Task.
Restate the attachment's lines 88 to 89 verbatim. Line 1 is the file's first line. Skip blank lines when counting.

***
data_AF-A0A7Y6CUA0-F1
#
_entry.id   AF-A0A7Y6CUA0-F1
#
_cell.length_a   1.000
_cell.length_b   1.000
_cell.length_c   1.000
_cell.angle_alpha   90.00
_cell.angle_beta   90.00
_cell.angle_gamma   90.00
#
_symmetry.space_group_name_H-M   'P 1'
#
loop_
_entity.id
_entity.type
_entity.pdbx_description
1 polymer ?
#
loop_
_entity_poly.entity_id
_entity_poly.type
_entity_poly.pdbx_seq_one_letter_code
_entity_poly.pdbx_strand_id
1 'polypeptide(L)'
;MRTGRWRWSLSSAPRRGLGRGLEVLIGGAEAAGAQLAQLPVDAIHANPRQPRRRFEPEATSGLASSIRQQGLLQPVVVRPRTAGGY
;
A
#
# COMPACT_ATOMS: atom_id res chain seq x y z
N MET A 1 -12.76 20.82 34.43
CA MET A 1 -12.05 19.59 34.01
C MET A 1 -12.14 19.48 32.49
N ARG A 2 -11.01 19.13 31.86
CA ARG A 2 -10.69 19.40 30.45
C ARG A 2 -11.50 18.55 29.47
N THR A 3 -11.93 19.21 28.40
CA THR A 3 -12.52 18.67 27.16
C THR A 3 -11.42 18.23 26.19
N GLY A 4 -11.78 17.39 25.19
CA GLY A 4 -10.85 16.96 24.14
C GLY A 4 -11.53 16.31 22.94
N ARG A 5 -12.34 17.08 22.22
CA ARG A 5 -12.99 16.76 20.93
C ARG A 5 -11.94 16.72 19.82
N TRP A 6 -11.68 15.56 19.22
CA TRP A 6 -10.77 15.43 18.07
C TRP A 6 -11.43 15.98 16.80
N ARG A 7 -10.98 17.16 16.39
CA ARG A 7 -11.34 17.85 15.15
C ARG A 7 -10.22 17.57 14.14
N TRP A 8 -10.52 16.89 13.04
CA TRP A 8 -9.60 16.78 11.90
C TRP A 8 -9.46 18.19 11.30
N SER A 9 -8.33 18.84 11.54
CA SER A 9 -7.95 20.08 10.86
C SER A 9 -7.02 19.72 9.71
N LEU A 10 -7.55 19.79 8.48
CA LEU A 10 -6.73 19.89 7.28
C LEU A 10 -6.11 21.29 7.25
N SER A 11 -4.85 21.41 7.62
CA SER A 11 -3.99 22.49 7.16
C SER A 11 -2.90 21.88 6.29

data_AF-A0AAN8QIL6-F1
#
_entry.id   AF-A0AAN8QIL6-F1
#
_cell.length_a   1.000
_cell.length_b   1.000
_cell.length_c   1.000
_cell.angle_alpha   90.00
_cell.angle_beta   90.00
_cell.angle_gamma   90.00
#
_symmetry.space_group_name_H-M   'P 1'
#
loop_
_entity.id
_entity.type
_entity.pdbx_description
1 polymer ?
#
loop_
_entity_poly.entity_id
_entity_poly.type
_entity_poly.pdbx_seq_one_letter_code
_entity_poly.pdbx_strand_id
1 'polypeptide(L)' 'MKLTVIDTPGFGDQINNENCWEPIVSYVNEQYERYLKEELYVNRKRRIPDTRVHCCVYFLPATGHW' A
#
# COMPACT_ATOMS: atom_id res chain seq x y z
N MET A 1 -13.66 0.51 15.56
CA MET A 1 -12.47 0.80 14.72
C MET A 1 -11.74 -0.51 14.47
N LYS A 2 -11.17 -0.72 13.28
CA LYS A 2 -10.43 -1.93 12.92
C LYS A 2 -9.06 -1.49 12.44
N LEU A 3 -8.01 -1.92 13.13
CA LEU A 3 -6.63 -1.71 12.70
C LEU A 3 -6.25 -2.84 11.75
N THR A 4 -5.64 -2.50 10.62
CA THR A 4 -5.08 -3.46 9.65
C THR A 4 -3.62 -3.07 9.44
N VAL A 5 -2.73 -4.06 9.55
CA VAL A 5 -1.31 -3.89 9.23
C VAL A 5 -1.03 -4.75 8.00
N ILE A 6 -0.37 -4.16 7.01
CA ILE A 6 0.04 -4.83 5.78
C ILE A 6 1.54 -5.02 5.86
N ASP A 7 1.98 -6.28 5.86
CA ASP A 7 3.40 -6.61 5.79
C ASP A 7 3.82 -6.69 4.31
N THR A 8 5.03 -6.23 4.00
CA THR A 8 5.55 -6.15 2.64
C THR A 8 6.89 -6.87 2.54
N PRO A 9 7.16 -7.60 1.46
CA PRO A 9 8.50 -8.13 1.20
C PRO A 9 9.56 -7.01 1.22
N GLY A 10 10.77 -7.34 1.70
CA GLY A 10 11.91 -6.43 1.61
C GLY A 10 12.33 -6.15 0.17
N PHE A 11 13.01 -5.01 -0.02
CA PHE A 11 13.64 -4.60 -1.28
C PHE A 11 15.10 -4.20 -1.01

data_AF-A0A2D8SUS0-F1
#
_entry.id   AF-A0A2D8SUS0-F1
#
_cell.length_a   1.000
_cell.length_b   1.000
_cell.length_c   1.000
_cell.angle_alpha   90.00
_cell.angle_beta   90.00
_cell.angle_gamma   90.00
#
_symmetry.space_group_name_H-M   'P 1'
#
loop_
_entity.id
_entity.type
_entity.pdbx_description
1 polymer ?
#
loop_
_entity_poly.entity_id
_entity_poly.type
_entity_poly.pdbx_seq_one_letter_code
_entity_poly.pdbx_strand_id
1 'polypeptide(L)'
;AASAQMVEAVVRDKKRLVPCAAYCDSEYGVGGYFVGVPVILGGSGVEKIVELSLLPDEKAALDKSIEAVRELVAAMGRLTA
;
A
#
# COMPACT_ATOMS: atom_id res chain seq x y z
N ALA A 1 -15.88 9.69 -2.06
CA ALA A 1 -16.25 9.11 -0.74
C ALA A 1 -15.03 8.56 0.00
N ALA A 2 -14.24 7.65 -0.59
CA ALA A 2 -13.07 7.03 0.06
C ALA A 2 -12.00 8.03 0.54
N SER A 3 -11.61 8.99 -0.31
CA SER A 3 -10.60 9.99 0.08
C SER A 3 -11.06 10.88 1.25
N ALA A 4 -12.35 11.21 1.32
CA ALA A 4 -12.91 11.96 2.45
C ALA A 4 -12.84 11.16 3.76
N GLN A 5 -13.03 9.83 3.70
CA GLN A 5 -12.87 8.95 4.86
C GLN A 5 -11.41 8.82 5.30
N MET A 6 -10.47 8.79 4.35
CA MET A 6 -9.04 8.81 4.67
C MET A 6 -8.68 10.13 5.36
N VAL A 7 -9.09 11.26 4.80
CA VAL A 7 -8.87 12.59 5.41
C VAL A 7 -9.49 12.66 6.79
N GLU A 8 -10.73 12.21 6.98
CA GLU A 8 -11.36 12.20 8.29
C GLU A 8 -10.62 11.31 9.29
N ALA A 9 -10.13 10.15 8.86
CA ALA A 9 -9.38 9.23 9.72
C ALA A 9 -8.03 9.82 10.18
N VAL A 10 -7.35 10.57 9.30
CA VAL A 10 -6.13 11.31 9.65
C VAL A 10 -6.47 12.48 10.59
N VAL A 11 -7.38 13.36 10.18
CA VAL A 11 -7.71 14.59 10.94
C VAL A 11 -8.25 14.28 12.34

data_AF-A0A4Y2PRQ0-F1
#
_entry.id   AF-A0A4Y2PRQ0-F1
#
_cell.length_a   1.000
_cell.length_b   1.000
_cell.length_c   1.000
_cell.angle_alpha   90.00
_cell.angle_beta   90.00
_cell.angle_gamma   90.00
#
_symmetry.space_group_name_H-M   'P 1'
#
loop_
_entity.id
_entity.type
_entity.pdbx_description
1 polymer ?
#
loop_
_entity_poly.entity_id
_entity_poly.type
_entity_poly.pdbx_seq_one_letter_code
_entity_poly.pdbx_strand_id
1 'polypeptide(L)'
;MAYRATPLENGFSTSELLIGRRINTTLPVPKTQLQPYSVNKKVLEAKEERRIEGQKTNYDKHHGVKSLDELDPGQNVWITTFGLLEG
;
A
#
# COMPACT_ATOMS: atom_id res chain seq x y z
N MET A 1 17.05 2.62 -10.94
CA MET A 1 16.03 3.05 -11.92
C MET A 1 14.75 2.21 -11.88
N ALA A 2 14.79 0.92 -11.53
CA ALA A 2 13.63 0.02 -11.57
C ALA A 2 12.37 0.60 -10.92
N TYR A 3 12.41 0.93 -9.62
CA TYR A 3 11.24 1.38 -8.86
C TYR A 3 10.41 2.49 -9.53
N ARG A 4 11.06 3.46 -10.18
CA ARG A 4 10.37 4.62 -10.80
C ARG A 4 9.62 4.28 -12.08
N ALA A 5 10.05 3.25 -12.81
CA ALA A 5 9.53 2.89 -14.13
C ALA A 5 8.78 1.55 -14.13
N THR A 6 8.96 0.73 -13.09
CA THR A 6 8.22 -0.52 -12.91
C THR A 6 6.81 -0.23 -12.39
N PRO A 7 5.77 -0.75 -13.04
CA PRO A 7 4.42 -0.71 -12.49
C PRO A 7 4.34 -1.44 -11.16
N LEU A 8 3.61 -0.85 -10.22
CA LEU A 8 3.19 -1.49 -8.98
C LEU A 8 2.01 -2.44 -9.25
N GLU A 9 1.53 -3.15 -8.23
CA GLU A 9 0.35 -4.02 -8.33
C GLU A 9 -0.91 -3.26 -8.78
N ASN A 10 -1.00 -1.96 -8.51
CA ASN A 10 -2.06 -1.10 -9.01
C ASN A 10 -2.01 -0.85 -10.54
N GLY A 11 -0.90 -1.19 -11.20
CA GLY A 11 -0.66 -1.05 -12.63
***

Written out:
1 'polypeptide(L)' 'MKLTVIDTPGFGDQINNENCWEPIVSYVNEQYERYLKEELYVNRKRRIPDTRVHCCVYFLPATGHW' A
#